Lockheed Martin, a veteran of aerospace defense is getting deeper into the drone business with the release of several new technologies. The drone – compact Indago VTOL will be powered by the second technology, a handheld ground control station. The drone will run the Commercial Avionics Suite available in other Lockheed aerospace offerings and is now available on unmanned aerial systems (UAS).
The compact Indago VTOL, folds up and requires no assembly, and achieves ranges of up to five kilometers for up to 45 minutes when operated using the handheld ground control station (GCS). The VTOL has a 360 degree panning capability to aid area surveillance and provide enhanced situational awareness and actionable imagery in support of emergency response needs including search and rescue situations, disaster relief or other surveillance missions.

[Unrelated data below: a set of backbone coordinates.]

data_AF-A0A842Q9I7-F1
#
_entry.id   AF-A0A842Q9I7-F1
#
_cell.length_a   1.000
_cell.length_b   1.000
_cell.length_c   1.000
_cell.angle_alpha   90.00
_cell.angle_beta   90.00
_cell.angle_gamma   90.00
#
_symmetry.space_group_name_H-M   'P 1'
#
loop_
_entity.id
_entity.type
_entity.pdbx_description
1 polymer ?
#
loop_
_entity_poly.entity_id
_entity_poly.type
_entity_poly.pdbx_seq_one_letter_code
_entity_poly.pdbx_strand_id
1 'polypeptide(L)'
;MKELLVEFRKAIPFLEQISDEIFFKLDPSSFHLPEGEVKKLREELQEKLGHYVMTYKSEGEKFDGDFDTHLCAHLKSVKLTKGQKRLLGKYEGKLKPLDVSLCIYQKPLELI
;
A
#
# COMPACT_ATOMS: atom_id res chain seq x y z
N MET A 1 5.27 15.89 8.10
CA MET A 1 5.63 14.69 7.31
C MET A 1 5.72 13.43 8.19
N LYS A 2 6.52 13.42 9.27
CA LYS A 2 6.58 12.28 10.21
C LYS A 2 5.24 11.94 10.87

The handheld GCS, which runs for four hours and is designed for outdoor readability, can be used with Indago and as a standalone system with other aircraft.
Powering this system is the Kestrel autopilot system. The Kestrel autopilot uses “failsafe algorithms” to increase safety throughout the mission, and has flown in more than 60 aircraft.
The Indago will become the newest part of Lockheed’s drone portfolio which includes the Desert Hawk III small UAS, to the rail-launched Fury UAS, to the K-MAX cargo resupply UAS.